Of course, the most important thing of all is that Wechat has offered some divided HTML5 applications that have been easily accepted by users, and this has made it so that users get a better application experience and more convenient application access channels.
HTML5’s head is in the clouds, but the feet have yet to touch the earth
Everyone is able to predict the prospects and trends for HTML5, from Apple, Google and Facebook to our domestic companies, but it is still very difficult to predict in what ways a technology will influence the market. You can never predict the forms in which future technologies will appear in front of people.
When loading a large picture in HTML5, performance can decline, and performance can also decline when a large number of users are all accessing the same HTML5 application at once. HTML5 is leagues behind native Apps in terms of gaps in performance and user experience. If you open the same H5 application and native application, you can see very clearly that the H5 application’s Internet speed is lower than that of native Apps.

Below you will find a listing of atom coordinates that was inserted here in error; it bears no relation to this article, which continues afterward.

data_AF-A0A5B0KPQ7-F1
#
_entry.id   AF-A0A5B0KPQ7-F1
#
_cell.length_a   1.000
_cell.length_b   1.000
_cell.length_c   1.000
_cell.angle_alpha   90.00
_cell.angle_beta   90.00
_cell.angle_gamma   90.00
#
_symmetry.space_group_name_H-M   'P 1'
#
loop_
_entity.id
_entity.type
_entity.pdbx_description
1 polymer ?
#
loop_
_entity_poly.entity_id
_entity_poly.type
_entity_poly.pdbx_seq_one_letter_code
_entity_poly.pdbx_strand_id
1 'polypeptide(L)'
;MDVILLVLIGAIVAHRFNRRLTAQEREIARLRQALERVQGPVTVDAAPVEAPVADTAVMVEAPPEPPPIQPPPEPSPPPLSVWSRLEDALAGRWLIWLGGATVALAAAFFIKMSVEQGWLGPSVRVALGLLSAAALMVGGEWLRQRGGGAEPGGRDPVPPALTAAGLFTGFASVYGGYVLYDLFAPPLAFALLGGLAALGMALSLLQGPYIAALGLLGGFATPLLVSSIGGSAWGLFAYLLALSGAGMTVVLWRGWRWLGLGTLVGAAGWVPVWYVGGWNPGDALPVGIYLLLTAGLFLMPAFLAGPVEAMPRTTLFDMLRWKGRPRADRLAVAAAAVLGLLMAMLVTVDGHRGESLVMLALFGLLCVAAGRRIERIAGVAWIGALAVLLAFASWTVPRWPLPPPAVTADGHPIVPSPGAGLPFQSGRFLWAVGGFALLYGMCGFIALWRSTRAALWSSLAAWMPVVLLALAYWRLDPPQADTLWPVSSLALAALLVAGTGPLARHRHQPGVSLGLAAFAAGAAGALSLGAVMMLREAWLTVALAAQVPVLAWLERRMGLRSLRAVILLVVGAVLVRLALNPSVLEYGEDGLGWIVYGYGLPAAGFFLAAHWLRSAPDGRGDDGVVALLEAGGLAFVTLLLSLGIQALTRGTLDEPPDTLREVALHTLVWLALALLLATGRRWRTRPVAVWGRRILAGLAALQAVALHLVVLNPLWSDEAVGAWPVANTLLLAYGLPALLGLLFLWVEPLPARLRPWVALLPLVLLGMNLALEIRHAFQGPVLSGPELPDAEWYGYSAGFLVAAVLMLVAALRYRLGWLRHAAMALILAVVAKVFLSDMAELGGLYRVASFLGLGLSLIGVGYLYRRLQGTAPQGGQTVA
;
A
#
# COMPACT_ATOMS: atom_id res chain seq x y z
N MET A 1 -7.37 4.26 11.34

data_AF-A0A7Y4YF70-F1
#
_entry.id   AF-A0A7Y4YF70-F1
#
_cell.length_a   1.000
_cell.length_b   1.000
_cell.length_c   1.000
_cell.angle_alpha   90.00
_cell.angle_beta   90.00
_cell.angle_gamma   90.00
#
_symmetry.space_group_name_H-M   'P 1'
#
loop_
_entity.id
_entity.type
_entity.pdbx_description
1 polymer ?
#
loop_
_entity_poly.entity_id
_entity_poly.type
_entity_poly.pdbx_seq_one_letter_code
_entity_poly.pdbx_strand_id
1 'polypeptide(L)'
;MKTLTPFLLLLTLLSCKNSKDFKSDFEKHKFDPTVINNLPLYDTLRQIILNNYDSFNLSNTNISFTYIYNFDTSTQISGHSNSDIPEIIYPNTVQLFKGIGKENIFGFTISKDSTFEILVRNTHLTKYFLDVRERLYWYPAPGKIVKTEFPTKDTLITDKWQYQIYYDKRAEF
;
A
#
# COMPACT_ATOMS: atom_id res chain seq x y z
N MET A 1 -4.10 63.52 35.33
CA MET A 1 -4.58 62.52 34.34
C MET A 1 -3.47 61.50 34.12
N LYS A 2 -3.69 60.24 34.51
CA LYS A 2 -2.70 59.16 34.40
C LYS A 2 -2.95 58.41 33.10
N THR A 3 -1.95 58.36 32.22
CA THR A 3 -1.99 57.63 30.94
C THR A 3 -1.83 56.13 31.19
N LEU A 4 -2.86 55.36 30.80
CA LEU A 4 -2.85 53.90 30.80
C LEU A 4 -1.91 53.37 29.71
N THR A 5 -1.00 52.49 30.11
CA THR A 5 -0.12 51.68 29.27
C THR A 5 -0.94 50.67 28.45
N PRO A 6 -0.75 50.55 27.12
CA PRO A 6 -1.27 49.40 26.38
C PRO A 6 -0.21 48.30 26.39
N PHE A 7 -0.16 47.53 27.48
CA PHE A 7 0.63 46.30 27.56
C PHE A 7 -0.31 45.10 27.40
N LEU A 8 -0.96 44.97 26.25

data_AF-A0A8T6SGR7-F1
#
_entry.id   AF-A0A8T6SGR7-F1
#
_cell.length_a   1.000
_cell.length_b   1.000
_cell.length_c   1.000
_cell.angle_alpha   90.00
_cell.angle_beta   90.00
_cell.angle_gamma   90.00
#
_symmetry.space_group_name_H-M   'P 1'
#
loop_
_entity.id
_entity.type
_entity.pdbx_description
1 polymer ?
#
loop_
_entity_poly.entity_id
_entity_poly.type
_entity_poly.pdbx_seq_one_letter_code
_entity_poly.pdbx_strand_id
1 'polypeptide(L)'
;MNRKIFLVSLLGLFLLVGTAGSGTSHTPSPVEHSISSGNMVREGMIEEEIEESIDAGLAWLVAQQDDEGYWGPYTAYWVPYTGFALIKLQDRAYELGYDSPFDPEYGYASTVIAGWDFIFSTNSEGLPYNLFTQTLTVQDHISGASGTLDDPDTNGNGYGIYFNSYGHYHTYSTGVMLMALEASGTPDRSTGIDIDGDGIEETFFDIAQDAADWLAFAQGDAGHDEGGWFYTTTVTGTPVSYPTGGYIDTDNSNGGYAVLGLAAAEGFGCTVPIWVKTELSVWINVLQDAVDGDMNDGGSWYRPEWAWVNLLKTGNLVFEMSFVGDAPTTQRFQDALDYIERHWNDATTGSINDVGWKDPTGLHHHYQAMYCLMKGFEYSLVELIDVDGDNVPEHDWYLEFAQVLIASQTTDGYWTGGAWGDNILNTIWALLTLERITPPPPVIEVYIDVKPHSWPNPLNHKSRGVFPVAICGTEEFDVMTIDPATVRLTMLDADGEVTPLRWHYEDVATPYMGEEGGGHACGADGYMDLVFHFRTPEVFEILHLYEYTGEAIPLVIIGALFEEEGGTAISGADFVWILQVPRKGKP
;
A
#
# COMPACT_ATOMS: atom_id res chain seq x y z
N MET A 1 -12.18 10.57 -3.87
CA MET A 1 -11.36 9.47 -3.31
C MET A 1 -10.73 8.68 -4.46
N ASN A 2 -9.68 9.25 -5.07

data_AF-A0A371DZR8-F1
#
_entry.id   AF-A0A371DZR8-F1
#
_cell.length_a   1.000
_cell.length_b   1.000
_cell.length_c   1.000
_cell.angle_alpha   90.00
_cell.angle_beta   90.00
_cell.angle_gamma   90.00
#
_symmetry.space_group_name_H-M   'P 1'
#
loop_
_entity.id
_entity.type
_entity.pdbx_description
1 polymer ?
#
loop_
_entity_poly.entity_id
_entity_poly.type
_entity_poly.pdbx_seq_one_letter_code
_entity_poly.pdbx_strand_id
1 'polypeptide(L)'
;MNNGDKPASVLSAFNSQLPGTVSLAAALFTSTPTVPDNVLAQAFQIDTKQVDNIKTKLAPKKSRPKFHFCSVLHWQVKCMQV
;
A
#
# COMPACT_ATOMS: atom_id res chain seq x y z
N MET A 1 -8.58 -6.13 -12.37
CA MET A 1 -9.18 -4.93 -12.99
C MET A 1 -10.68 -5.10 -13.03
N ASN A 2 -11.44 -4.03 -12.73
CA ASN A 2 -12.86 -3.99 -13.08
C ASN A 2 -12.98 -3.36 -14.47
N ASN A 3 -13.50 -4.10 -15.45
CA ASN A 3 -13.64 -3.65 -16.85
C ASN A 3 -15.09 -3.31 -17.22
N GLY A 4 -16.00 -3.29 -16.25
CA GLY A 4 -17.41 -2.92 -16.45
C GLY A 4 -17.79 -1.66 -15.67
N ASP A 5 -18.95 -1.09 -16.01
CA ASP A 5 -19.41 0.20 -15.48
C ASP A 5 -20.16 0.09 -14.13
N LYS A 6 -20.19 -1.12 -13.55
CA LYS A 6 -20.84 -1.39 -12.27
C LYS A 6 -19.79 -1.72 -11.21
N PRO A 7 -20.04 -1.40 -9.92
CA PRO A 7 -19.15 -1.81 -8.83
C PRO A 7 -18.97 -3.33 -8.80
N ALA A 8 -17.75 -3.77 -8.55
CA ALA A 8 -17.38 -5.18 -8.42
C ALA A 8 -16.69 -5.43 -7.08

Apple popularized HTML5 technology. Facebook bet on HTML5, which ended up hurting it quite a bit, leading to a time when badmouthing HTML5 became a popular pastime in the gloating media.
WeChat, through its public accounts, has used games and re-vamped marketing to return HTML5 to the spring of its first youth. Whether H5 applications will succeed in completely replacing native Apps or in destroying iOS and Android’s monopoly are subjects likely to be debated long into the future, and only time will provide us with the answers.
(The article is published and edited with authorization from @ibailve.com, please note source and hyperlink when reproduce.)
Translated by Jennifer Smith (Senior Translator at ECHO), working for TMTpost.